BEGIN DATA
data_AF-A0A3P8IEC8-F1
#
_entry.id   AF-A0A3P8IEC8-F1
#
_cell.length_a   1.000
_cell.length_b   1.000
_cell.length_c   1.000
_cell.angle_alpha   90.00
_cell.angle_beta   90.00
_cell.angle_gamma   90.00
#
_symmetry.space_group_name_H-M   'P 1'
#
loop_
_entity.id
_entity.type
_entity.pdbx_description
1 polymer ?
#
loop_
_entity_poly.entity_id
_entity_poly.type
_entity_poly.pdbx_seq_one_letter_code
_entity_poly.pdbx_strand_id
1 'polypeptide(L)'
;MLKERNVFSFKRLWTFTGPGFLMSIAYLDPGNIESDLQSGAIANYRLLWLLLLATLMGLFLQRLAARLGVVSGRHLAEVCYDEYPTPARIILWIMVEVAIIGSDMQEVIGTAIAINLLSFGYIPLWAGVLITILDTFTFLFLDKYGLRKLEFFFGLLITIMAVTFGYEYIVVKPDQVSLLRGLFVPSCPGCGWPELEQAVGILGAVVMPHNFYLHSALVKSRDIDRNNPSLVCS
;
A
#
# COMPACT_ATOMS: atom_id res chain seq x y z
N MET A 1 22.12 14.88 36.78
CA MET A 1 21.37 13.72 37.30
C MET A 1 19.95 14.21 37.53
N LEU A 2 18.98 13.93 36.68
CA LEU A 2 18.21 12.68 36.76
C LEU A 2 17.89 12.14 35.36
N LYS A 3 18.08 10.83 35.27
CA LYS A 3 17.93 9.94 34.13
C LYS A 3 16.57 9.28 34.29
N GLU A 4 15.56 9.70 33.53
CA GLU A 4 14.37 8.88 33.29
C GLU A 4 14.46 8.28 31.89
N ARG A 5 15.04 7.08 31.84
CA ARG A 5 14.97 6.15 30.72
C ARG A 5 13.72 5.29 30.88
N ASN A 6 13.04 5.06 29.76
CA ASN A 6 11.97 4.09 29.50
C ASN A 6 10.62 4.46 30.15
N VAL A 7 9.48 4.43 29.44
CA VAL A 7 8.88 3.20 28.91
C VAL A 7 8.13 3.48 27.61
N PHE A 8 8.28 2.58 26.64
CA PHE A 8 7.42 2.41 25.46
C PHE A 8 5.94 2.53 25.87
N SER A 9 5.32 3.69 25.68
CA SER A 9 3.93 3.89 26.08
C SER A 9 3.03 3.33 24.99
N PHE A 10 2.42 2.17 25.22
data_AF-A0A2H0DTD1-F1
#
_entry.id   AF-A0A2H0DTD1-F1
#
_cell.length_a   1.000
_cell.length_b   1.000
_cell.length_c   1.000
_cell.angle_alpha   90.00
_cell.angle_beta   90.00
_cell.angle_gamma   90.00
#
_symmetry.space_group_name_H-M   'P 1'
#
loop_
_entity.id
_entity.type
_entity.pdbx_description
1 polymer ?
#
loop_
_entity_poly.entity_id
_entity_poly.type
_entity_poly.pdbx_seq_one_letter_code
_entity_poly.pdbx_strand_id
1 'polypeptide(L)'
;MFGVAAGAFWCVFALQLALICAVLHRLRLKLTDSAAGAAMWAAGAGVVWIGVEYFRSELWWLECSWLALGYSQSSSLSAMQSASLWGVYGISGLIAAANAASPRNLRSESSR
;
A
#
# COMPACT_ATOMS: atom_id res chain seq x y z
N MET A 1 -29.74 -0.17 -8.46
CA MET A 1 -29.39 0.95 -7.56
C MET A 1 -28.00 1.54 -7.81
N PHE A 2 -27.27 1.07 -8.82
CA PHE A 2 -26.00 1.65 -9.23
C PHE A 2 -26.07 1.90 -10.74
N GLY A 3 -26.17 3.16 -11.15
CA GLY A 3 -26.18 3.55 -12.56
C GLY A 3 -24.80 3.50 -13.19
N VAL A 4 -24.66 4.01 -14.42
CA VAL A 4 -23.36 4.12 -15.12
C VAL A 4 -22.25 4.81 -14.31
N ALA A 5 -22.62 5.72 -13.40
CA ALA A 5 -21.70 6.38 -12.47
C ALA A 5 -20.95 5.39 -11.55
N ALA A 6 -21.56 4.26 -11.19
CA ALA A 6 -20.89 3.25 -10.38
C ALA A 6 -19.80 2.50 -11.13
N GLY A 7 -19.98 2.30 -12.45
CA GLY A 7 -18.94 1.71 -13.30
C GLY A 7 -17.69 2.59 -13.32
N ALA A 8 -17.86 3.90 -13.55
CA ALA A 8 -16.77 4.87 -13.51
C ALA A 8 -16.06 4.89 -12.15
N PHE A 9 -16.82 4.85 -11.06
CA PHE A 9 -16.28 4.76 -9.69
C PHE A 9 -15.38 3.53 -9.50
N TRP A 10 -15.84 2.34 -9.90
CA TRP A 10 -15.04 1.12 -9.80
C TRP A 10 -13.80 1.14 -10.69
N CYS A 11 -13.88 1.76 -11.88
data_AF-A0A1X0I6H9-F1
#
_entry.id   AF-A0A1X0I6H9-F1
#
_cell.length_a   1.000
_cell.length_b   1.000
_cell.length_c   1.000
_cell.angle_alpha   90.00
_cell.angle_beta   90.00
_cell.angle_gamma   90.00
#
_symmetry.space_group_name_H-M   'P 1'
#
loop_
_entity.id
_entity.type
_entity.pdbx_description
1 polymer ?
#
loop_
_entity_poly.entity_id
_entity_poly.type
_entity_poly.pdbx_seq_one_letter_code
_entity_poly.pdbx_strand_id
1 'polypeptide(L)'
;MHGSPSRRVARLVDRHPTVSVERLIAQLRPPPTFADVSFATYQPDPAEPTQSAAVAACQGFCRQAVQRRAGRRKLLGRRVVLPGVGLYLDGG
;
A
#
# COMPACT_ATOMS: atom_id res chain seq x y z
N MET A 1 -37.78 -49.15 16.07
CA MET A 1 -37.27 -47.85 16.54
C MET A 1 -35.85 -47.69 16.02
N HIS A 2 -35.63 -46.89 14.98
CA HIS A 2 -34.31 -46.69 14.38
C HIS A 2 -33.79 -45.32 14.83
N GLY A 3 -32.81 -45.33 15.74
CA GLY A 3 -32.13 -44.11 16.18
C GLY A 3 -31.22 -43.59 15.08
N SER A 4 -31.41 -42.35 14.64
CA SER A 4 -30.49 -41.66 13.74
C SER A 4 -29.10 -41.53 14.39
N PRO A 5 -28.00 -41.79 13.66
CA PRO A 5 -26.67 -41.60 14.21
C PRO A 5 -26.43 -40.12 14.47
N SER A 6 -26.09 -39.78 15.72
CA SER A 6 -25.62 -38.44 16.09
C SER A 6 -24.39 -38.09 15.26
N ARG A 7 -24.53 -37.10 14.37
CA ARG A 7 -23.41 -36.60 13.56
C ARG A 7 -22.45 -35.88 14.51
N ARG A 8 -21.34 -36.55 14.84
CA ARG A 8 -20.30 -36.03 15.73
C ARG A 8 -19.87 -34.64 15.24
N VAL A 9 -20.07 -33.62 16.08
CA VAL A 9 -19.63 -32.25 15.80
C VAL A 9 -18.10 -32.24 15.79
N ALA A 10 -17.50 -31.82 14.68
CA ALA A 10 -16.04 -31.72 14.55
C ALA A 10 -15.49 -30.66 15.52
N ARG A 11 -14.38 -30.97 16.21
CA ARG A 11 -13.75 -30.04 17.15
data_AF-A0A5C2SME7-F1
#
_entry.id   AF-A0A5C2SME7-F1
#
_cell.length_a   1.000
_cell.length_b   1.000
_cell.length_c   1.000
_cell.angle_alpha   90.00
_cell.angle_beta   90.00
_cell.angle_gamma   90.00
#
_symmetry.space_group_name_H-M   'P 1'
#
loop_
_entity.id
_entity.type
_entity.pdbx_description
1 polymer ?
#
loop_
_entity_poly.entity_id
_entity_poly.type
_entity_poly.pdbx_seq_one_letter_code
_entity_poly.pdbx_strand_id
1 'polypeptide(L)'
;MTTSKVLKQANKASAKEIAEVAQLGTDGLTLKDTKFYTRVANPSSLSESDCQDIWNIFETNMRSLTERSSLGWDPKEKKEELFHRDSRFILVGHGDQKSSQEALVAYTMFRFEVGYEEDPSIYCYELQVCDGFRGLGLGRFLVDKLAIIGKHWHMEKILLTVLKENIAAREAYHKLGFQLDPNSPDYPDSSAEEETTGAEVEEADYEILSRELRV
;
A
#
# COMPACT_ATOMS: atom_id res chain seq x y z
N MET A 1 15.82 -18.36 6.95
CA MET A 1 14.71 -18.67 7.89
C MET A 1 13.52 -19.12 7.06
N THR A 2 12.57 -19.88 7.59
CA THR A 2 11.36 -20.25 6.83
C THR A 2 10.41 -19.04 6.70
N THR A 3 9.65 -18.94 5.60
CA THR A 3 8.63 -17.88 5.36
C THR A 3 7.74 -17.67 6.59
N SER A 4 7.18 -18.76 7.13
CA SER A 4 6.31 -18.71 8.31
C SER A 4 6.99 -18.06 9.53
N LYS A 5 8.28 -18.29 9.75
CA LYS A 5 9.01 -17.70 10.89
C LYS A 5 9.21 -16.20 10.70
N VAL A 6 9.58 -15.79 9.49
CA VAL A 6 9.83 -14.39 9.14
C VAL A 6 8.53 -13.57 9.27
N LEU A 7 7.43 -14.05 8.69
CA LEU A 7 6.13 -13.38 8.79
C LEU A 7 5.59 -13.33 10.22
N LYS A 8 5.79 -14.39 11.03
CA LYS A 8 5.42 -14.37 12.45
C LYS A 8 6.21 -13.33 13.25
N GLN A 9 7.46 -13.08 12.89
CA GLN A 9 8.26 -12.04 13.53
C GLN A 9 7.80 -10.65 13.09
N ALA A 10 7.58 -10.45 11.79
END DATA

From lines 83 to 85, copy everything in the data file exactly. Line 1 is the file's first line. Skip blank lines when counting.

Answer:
1 'polypeptide(L)'
;MFGVAAGAFWCVFALQLALICAVLHRLRLKLTDSAAGAAMWAAGAGVVWIGVEYFRSELWWLECSWLALGYSQSSSLSAMQSASLWGVYGISGLIAAANAASPRNLRSESSR
;